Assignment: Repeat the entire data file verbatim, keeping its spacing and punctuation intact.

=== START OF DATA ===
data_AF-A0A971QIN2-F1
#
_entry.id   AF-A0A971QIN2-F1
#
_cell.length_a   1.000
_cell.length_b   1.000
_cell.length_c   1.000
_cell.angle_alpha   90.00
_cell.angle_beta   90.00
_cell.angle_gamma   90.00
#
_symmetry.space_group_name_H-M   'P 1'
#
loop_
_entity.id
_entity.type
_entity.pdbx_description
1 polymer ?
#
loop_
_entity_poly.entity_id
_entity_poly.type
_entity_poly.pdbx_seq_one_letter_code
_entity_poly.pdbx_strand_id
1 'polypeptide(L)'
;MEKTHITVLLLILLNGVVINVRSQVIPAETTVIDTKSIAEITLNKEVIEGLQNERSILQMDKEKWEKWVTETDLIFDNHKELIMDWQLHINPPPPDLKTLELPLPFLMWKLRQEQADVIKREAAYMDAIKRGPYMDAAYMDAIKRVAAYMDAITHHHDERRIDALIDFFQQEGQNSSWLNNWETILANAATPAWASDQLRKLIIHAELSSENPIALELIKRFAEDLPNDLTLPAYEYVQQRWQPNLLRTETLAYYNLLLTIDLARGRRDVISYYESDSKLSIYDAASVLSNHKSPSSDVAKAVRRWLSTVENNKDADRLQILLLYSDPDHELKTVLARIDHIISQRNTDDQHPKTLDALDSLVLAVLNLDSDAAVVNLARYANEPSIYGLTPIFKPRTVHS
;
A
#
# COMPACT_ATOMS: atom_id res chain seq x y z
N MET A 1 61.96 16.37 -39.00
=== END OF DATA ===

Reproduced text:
data_AF-A0A971QIN2-F1
#
_entry.id   AF-A0A971QIN2-F1
#
_cell.length_a   1.000
_cell.length_b   1.000
_cell.length_c   1.000
_cell.angle_alpha   90.00
_cell.angle_beta   90.00
_cell.angle_gamma   90.00
#
_symmetry.space_group_name_H-M   'P 1'
#
loop_
_entity.id
_entity.type
_entity.pdbx_description
1 polymer ?
#
loop_
_entity_poly.entity_id
_entity_poly.type
_entity_poly.pdbx_seq_one_letter_code
_entity_poly.pdbx_strand_id
1 'polypeptide(L)'
;MEKTHITVLLLILLNGVVINVRSQVIPAETTVIDTKSIAEITLNKEVIEGLQNERSILQMDKEKWEKWVTETDLIFDNHKELIMDWQLHINPPPPDLKTLELPLPFLMWKLRQEQADVIKREAAYMDAIKRGPYMDAAYMDAIKRVAAYMDAITHHHDERRIDALIDFFQQEGQNSSWLNNWETILANAATPAWASDQLRKLIIHAELSSENPIALELIKRFAEDLPNDLTLPAYEYVQQRWQPNLLRTETLAYYNLLLTIDLARGRRDVISYYESDSKLSIYDAASVLSNHKSPSSDVAKAVRRWLSTVENNKDADRLQILLLYSDPDHELKTVLARIDHIISQRNTDDQHPKTLDALDSLVLAVLNLDSDAAVVNLARYANEPSIYGLTPIFKPRTVHS
;
A
#
# COMPACT_ATOMS: atom_id res chain seq x y z
N MET A 1 61.96 16.37 -39.00